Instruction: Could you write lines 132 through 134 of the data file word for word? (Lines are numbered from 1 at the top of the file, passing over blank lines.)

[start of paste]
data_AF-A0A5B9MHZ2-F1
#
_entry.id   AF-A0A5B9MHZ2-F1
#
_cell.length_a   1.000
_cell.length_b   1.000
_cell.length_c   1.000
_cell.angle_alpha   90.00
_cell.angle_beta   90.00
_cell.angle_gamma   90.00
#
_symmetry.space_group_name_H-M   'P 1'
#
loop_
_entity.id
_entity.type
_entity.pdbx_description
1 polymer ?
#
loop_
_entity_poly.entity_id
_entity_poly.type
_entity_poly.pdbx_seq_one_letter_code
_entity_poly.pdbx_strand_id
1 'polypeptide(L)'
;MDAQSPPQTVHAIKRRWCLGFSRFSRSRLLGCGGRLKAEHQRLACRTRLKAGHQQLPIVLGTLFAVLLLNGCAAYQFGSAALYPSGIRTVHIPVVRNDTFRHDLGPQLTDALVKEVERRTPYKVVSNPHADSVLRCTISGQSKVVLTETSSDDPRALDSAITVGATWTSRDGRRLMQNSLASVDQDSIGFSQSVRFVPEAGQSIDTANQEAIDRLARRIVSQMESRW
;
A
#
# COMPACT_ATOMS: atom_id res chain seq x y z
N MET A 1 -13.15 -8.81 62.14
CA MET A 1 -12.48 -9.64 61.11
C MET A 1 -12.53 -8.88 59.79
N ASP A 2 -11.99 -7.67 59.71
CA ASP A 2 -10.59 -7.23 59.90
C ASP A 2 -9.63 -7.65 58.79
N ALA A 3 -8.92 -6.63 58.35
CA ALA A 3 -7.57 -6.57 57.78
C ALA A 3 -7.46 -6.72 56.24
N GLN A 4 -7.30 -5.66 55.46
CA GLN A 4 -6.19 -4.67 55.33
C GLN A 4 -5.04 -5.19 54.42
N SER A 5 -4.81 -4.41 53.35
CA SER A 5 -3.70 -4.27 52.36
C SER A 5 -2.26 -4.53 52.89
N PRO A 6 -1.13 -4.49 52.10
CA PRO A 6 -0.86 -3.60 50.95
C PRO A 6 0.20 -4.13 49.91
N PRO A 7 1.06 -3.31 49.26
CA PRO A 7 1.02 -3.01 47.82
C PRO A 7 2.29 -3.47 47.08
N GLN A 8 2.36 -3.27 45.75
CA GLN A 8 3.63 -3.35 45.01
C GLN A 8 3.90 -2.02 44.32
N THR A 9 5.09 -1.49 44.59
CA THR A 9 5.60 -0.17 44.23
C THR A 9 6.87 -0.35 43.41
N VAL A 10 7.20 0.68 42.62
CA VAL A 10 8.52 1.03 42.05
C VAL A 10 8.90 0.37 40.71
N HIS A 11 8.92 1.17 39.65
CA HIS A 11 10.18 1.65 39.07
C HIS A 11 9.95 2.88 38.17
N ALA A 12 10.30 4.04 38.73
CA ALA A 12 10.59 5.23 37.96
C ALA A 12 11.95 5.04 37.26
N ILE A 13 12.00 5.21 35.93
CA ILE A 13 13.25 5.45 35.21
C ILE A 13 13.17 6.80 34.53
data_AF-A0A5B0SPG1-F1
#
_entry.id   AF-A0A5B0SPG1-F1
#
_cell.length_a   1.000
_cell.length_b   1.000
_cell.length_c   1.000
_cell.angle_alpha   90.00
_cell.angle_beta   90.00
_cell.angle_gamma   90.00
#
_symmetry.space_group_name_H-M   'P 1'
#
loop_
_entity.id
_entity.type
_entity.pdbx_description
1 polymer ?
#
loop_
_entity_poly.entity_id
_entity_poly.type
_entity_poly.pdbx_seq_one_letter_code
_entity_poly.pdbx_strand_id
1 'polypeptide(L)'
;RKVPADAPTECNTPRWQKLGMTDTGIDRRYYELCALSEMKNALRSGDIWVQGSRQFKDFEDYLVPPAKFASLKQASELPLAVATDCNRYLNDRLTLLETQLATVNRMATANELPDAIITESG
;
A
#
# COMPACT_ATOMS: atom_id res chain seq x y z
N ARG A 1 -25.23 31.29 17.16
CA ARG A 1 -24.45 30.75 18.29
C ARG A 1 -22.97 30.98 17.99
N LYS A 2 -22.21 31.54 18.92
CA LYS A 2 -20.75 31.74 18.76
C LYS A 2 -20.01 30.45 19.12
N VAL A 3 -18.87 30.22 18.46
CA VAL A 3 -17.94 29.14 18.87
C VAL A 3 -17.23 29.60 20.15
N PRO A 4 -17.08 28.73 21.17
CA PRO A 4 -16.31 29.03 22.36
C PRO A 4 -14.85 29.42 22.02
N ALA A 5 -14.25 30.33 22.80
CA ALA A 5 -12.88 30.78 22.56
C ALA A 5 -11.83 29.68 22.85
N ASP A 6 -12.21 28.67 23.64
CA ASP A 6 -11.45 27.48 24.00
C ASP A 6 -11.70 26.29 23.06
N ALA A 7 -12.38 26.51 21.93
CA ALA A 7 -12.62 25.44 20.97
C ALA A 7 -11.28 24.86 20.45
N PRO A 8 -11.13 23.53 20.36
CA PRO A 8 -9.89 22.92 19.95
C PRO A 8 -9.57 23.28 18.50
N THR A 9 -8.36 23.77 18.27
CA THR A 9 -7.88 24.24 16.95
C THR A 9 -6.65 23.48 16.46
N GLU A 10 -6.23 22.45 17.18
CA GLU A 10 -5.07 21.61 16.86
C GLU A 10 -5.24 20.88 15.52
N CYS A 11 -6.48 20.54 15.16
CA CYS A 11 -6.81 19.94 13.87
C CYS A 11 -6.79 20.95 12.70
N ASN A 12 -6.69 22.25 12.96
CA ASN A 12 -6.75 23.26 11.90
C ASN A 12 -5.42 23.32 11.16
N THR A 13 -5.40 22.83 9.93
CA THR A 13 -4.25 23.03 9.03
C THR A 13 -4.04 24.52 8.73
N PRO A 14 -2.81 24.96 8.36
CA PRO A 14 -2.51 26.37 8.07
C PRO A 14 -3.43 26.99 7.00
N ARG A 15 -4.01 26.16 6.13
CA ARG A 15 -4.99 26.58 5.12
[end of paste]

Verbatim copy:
C CYS A 11 -6.79 20.95 12.70
N ASN A 12 -6.69 22.25 12.96
CA ASN A 12 -6.75 23.26 11.90